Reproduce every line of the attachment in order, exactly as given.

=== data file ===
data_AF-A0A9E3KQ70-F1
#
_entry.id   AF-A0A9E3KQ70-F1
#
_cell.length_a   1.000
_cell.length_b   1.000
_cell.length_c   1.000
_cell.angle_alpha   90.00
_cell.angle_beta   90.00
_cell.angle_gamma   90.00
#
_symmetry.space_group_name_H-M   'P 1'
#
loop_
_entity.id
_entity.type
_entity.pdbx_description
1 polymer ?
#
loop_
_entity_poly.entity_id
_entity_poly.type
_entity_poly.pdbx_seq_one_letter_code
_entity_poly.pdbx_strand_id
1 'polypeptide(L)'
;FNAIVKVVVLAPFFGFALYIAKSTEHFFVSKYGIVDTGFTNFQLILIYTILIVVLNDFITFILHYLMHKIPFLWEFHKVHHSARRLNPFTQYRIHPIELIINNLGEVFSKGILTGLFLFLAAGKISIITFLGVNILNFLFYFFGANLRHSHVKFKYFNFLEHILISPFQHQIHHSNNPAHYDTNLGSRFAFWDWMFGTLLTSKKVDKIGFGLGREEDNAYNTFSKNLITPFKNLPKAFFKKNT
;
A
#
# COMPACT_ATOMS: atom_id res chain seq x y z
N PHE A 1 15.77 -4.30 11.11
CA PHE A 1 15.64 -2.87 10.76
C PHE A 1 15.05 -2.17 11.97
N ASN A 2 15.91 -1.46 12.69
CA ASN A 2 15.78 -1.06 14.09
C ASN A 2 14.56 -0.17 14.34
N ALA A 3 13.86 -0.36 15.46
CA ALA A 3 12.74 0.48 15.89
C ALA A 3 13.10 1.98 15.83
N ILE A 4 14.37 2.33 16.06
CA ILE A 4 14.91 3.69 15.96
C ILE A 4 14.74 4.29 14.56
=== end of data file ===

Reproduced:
data_AF-A0A9E3KQ70-F1
#
_entry.id   AF-A0A9E3KQ70-F1
#
_cell.length_a   1.000
_cell.length_b   1.000
_cell.length_c   1.000
_cell.angle_alpha   90.00
_cell.angle_beta   90.00
_cell.angle_gamma   90.00
#
_symmetry.space_group_name_H-M   'P 1'
#
loop_
_entity.id
_entity.type
_entity.pdbx_description
1 polymer ?
#
loop_
_entity_poly.entity_id
_entity_poly.type
_entity_poly.pdbx_seq_one_letter_code
_entity_poly.pdbx_strand_id
1 'polypeptide(L)'
;FNAIVKVVVLAPFFGFALYIAKSTEHFFVSKYGIVDTGFTNFQLILIYTILIVVLNDFITFILHYLMHKIPFLWEFHKVHHSARRLNPFTQYRIHPIELIINNLGEVFSKGILTGLFLFLAAGKISIITFLGVNILNFLFYFFGANLRHSHVKFKYFNFLEHILISPFQHQIHHSNNPAHYDTNLGSRFAFWDWMFGTLLTSKKVDKIGFGLGREEDNAYNTFSKNLITPFKNLPKAFFKKNT
;
A
#
# COMPACT_ATOMS: atom_id res chain seq x y z
N PHE A 1 15.77 -4.30 11.11
CA PHE A 1 15.64 -2.87 10.76
C PHE A 1 15.05 -2.17 11.97
N ASN A 2 15.91 -1.46 12.69
CA ASN A 2 15.78 -1.06 14.09
C ASN A 2 14.56 -0.17 14.34
N ALA A 3 13.86 -0.36 15.46
CA ALA A 3 12.74 0.48 15.89
C ALA A 3 13.10 1.98 15.83
N ILE A 4 14.37 2.33 16.06
CA ILE A 4 14.91 3.69 15.96
C ILE A 4 14.74 4.29 14.56